The proposed town hall project that Oak Bluffs voters will decide on at the June 16 annual town meeting, and later at a town election June 18, will cost the owner of a home valued at $600,000 an estimated $2,887 over 20 years, according to numbers released by the town.
On Tuesday, after speaking with Ned Collier and Stephen Moore of Icon Architecture, Oak Bluffs selectmen, working with a construction manager at risk (CMAR), set the total project cost at $13,380,344. The Proposition 2½ debt exclusion is on the town meeting warrant and town ballot.
A Proposition 2½ debt exclusion raises property taxes for a limited or temporary period of time to fund a specific capital project, like building a new town hall.
In a follow-up conversation with The Times Thursday, Collier said the project dealt with two kinds of costs — the estimated cost of construction (ECC), which includes costs for the contractor, labor, and materials, and the total project cost (TPC), which includes “soft costs” such as architecture fees, testing, furniture, and other fees. Soft costs are not included in estimated costs because they are usually part of the competitive bid process.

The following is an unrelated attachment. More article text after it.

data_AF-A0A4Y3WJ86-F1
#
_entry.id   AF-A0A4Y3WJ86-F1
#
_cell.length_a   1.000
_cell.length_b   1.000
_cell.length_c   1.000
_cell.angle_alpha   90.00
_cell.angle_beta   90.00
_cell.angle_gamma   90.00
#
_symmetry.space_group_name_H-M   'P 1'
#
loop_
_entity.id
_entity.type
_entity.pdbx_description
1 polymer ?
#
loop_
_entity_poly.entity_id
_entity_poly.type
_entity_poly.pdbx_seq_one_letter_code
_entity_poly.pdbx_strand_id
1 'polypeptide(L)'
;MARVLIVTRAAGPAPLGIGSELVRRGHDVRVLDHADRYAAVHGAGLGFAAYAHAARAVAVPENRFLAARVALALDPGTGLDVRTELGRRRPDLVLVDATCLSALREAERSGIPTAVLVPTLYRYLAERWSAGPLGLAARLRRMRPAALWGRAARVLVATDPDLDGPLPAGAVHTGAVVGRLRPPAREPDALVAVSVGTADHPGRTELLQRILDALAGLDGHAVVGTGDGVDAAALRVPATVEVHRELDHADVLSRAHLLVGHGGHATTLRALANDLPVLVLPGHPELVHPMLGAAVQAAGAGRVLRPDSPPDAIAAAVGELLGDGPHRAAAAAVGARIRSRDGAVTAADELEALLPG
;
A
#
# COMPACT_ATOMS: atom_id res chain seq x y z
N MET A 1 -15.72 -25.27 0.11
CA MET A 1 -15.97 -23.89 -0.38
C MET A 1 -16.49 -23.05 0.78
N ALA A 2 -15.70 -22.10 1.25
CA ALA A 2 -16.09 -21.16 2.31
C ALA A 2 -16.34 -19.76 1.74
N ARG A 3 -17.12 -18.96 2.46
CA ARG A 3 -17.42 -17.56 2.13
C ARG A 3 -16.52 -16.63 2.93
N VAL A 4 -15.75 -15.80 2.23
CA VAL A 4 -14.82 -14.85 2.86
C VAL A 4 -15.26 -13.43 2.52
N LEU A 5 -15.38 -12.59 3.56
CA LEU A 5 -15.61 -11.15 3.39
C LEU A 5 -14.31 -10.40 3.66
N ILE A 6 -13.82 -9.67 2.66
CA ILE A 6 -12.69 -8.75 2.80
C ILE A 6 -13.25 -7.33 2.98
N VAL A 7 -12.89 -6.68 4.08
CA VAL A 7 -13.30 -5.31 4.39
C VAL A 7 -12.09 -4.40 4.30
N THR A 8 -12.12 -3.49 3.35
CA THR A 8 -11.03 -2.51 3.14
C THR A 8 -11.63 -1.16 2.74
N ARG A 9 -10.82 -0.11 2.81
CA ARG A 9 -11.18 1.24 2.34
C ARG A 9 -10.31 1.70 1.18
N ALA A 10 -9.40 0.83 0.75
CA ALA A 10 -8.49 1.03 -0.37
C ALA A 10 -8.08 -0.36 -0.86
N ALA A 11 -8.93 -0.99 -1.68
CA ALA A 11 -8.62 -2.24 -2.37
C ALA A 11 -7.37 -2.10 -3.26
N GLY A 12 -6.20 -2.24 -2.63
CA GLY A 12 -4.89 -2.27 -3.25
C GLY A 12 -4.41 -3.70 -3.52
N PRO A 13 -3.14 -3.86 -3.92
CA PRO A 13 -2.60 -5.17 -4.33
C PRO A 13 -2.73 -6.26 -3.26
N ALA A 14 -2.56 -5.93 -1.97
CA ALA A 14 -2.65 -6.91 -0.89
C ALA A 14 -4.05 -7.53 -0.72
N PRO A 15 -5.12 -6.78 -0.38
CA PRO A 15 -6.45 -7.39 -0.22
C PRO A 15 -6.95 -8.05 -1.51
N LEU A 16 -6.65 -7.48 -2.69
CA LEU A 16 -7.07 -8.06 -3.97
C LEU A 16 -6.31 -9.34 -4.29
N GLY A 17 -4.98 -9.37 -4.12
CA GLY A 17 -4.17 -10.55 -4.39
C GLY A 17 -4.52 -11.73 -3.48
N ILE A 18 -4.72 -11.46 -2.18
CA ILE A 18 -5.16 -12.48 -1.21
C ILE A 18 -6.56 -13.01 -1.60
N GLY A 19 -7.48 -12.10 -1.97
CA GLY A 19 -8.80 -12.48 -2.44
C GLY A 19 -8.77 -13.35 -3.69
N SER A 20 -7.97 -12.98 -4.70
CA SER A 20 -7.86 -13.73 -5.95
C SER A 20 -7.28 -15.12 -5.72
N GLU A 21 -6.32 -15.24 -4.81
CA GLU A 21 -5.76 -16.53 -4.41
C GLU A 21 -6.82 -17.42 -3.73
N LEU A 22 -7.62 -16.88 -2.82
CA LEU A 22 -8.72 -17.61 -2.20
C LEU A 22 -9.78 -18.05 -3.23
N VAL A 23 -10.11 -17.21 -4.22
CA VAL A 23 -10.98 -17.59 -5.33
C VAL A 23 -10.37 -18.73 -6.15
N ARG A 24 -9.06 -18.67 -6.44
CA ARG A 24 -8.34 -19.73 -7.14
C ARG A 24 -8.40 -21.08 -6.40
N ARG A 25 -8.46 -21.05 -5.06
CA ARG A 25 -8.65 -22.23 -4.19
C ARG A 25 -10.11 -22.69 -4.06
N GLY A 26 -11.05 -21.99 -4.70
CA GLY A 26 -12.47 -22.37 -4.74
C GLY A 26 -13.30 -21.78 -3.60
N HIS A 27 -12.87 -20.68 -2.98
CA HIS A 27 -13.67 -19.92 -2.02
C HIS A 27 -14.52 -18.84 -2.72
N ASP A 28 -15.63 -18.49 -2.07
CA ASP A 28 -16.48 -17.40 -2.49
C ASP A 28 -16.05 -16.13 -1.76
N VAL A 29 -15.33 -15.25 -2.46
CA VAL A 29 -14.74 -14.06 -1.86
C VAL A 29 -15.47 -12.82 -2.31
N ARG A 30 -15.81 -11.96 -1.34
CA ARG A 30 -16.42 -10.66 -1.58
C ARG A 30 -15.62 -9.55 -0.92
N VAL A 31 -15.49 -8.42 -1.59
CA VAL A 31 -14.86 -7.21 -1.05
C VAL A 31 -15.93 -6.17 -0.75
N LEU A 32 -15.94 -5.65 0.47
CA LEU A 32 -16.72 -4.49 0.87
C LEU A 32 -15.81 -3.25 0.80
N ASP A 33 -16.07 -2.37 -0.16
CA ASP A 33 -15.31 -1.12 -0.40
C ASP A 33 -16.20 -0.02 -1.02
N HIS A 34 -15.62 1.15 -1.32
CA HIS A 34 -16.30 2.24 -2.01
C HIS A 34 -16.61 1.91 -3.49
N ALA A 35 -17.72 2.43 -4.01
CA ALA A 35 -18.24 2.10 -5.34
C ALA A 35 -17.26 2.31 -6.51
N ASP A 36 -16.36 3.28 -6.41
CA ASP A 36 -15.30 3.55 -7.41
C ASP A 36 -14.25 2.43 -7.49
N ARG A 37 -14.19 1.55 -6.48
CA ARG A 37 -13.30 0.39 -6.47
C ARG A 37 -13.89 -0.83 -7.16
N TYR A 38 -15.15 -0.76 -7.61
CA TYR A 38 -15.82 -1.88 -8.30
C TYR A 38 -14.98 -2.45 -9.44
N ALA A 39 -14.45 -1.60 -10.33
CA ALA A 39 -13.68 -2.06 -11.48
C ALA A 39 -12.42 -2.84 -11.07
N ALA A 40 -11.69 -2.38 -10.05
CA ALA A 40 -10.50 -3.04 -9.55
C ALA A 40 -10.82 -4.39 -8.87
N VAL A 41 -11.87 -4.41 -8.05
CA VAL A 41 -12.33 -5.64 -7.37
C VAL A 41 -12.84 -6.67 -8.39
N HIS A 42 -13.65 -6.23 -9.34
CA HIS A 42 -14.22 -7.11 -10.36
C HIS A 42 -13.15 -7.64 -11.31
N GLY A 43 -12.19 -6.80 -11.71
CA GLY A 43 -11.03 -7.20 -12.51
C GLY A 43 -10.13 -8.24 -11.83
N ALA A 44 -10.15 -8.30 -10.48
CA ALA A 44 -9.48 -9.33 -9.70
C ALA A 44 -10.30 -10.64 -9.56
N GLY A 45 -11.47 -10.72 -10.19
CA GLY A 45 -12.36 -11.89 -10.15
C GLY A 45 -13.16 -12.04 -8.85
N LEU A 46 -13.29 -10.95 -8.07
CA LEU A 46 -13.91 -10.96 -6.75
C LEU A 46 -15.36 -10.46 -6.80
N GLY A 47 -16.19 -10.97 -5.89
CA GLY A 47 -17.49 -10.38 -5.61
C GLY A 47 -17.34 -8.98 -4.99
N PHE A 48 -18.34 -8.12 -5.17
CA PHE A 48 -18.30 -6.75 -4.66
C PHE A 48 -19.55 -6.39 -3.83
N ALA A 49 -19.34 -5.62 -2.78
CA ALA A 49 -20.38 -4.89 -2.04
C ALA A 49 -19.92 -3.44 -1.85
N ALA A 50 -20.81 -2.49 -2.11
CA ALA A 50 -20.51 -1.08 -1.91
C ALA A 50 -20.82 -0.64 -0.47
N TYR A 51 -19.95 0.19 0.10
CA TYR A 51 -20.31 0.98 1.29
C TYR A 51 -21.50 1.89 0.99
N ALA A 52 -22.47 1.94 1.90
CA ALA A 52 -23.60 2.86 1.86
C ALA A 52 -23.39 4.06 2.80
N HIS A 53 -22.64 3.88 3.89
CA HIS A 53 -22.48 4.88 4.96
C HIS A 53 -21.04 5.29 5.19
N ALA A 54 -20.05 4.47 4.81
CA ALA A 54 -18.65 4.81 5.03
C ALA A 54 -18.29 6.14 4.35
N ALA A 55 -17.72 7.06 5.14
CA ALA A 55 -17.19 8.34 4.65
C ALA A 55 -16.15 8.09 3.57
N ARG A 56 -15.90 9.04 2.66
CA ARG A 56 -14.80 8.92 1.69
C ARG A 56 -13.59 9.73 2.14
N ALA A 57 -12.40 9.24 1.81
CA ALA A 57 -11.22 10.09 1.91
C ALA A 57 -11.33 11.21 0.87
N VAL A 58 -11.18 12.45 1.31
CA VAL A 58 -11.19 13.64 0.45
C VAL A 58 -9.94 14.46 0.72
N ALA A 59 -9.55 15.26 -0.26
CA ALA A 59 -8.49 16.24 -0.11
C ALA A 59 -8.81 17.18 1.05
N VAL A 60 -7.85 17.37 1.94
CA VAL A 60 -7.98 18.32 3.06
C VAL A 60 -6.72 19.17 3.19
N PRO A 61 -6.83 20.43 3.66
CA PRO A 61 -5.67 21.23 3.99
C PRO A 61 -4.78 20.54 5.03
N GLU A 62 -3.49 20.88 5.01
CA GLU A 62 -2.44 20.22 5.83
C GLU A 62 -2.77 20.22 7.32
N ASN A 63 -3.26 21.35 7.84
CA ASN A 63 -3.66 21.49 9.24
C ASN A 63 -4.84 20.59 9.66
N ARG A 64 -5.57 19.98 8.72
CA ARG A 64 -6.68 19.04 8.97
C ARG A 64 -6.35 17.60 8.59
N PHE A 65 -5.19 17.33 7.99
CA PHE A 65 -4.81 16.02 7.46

Collier said the ECC for the 2020 project was $10.8 million, about $3.3 million less than the ECC of the 2017 project, which would have built a brand-new town hall. The 2020 project is using the existing frame of the current town hall building, but adding a new floor, new offices, new meeting rooms, and several other significant changes.
If the 2017 project was built today, Collier said, it would cost approximately $16.7 million. He added that construction costs continue to rise each year.
“The average of what we call escalation over the past five years has been 5.8 percent a year,” Collier said, noting that in the era of COVID, future escalations are uncertain.
For the 2017 project, the starting annual cost per $1,000 of home valuation would have been 29 cents, or $157.84 for the average $600,000 home. Each year the amount would decrease. The average home would have ended up paying $2,500 over the course of 20 years.
For the 2020 project, the starting annual cost per $1,000 home valuation is 27 cents, or $167.22 for the average $609,550 home. Each year, the annual cost would decrease. The average home would end up paying $2,887 over the course of 20 years.
Town administrator Robert Whritenour said the cost of the 2020 project for the average taxpayer is only slightly higher now, given the rise in property values.
While the 2020 project cost is slightly higher for taxpayers, the cost per square foot ($600 per gross square foot) is lower than the 2017 project ($672 per GSF). There is also a decrease in total square footage for the projects — 21,000 GSF in 2017, and 18,000 GSF in 2020.
“I think the feeling is that we have hit the sweet spot between reducing the square footage and also negotiating to the minimum possible square foot cost to create a good value for the town,” Whritenour said in an email.